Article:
Last week was Pentecost Sunday, the birthday of the Church, one of the most important feasts in the Church year. We are the Church and Pentecost was our feast. Now as the first thing we are invited to look at as we move forward is the doctrine of the Holy Trinity.
Don't think of the Trinity as something complex or beyond understanding. It is simple. And it is our example. Three persons in one God, each with a different role, each in communion with the other. A family of persons, where there is complete harmony, love and total peace. A wonderful community of love. A true example for us to follow.
The mutual self-giving love that is present within the Trinity overflows into creation itself. The persons of the Trinity love each other so much that this is the very cause of creation. There is so much love that it is almost necessary for creation to have been made in order to soak some of it up.
The mystery of the Trinity is at the very heart of the Spiritual Life. It is the summit and source of that yearning that causes us to enter on this journey of faith.
When we talk of the Trinity we are talking about how God is in himself. But the great mystics and men and women over the ages who are steeped in prayer tell us that we cannot speak about God until we learn to speak to him.
We are only God's acolytes, responding to the initiative he first made to us. For it is indeed true that each one of us has had a religious experience; each one of us has experienced God’s intervention in our life in some shape or form. If we did not we would not be here.
He has taken the initiative; of course this may be mediated through all sorts of other agencies, through the example of our parents, through illness, through accidents, through sudden flashes of insight. Whichever way this has come, it has made us realise that God loves us and wants us to be with him. He draws us to himself. He draws us into the mystery of himself; into the mystery of the Holy Trinity.
A few years ago I was in hospital at the bed of a dying man; he was a neighbour I knew fairly well. He was effectively an atheist and had known he was dying for about a month. I got a message from his wife to say that he had asked to see me. We spoke about the difficulty he had in believing in God. He thought that there must be a God but he felt that all the different religions got in the way. I didn't agree with him, but it is a commonly held view.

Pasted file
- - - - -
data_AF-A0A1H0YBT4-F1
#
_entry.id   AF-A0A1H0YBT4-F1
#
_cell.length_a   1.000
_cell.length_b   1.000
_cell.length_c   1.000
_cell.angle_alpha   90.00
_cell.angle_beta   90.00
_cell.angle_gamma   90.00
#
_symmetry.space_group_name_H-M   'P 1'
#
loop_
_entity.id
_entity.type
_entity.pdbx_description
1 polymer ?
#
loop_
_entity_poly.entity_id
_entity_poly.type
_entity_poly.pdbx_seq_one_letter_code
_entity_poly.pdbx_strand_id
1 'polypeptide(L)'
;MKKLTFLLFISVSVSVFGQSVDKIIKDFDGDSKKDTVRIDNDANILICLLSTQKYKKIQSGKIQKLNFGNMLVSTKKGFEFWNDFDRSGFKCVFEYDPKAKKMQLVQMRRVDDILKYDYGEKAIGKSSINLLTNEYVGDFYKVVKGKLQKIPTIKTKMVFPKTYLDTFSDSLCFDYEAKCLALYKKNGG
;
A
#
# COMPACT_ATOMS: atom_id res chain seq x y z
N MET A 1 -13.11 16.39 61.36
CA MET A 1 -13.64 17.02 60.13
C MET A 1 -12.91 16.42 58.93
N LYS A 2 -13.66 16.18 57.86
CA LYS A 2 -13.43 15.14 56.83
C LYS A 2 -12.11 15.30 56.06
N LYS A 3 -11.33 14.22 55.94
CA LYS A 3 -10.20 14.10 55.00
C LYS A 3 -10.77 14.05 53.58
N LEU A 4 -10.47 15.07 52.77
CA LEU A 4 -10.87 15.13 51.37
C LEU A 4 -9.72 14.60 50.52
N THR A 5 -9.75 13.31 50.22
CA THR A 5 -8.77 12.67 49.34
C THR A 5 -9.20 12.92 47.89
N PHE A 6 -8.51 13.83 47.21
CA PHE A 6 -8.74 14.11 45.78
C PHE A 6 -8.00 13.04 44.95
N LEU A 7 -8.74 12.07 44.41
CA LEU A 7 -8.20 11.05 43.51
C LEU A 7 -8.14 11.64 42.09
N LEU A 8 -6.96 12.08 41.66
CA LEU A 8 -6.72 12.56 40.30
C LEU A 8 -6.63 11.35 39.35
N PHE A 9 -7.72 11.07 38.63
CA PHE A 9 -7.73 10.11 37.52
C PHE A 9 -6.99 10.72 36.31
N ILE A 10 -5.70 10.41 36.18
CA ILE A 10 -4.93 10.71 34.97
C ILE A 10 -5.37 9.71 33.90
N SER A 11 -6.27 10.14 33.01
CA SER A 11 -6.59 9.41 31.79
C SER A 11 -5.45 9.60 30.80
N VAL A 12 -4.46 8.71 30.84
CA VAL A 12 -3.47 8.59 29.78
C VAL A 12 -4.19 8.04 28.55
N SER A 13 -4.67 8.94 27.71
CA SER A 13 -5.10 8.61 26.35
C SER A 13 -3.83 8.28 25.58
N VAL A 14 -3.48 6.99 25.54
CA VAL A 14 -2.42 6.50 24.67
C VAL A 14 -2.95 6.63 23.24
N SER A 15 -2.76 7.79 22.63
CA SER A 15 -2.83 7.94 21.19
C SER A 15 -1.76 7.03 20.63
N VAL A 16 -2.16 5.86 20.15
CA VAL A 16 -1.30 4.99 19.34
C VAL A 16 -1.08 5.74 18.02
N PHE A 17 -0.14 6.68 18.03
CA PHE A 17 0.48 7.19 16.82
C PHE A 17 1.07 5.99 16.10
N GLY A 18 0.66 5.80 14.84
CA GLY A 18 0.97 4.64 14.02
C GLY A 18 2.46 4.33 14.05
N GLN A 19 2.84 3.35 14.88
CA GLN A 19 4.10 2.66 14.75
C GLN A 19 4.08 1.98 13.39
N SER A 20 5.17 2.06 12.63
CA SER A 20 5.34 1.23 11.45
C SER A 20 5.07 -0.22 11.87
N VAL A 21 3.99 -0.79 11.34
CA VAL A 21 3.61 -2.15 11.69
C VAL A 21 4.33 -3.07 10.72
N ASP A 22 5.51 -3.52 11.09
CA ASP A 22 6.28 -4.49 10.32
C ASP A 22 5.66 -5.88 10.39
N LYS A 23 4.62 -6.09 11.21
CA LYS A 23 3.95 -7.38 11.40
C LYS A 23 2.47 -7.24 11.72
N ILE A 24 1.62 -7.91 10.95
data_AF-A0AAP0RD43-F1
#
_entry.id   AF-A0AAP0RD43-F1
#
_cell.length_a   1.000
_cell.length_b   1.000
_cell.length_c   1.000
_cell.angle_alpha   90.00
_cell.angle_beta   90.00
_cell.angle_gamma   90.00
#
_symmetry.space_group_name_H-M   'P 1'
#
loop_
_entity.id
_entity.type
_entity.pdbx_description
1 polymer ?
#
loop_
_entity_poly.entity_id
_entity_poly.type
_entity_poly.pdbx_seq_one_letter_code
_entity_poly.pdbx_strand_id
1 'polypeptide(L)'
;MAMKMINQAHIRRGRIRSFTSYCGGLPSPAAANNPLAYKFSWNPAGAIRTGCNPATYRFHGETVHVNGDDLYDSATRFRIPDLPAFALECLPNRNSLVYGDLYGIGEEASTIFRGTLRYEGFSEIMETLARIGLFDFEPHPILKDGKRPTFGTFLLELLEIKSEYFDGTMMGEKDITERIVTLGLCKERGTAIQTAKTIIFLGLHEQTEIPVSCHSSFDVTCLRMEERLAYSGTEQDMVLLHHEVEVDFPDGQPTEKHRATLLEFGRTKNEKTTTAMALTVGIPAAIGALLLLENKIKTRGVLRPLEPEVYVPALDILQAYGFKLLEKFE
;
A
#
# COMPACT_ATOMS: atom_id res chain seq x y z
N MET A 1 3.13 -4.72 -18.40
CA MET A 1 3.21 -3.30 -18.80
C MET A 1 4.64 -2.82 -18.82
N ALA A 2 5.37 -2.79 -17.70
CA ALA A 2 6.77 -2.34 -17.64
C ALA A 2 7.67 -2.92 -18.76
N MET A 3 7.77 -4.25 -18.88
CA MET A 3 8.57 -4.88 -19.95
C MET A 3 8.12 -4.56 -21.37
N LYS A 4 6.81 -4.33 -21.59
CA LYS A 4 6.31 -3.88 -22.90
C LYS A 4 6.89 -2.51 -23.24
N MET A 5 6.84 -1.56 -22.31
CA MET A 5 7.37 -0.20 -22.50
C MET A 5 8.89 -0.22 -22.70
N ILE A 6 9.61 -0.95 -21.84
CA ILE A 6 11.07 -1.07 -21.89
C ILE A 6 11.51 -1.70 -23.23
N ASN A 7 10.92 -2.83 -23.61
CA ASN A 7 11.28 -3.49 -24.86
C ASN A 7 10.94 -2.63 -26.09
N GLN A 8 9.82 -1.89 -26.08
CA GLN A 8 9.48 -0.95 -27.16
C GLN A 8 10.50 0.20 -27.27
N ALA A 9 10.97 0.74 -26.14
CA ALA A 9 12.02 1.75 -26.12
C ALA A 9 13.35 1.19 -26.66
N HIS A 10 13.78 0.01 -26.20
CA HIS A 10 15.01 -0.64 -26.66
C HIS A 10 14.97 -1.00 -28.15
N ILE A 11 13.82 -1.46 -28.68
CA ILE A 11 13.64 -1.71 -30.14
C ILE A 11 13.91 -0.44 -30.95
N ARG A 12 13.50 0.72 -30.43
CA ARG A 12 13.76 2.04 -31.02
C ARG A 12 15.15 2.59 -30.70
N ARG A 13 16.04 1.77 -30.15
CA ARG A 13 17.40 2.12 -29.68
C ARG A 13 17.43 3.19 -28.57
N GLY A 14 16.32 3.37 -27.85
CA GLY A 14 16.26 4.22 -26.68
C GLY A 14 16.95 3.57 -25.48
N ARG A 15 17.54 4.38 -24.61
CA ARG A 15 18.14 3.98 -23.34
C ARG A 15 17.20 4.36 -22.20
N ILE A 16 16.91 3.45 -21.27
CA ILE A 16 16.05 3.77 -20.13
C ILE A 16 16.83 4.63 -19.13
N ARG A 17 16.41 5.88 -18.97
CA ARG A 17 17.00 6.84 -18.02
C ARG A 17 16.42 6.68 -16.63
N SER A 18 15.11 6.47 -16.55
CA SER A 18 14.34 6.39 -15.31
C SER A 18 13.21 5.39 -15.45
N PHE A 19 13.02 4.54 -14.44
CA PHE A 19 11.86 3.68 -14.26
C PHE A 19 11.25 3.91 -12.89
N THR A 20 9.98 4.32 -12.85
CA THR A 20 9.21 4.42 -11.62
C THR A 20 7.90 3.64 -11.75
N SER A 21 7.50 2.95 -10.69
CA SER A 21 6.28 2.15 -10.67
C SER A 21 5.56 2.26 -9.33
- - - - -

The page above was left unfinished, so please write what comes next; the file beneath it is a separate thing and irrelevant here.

That was a few weeks before he went into hospital. But while he was dying, I stayed with him and his family for quite some time and before I left I asked him if he would like me to say the prayers for the dying. As soon as I started I was amazed because he suddenly started to gush forth in deep and profound prayer. This was a man who had not said a prayer since he was eight years old.
He spoke loudly and directly to God saying he really did believe in him and asked forgiveness for all his doubts and for the many sins he had committed over the years. He said that he was ready to die and asked Jesus to welcome him. He said all these things and much more in the same vein.
Accordng to me because he had not prayed for fifty years there was a tremendous build-up of prayer and at that moment within a few hours of his death the dam broke and he just poured out a great quantity of prayer. It was a most moving experience I can tell you. There were tears in my eyes as I listened to his words. This was a powerful intervention of God in his life. And it had a profound effect on me and the members of his family gathered around.
We cannot speak about God till we learn speak to him. And this is what God wants us to do; to communicate with him. After all, this is what we will be doing in heaven; communicating with God; communing with him; loving him; praising him. And there is no better preparation for heaven than spending time in prayer here and now.
We can become preoccupied with so many things, we think that there is so much to do, so much to learn, so much to get on with in the present moment that we tend to push prayer to the sidelines. Yet prayer is probably the most important activity we could ever engage in.
Profound though that experience was with that dying man pouring out a great fountain of prayer when he had never prayed for fifty years, we realise that it is not advisable to leave things that long. Prayer is something we need to do each day, prayer needs to be an essential part of our lives, prayer needs to be the bedrock on which everything else is constructed.
And we need to learn to pray in our youth; when we are eight, nine and ten we need to become aware of just how close God is to us and to enter on a journey of faith with him. This will lead us through the difficulties and temptations of the teenage years and help us to negotiate the beginning of our adult life.
Prayer is therefore an essential part of our life, without prayer we see God as a stranger; without prayer we become strangers to ourselves and we become unhappy with our lot in life. All this is because without prayer we have become disconnected from the very source of our being.
There is no doubt about it prayer is the key to life; prayer is the key to the Trinity; prayer is the key to heaven; prayer is as important to us as the very air we breathe.
Father Alex McAllister SDS
Parish Priest of
St Thomas à Becket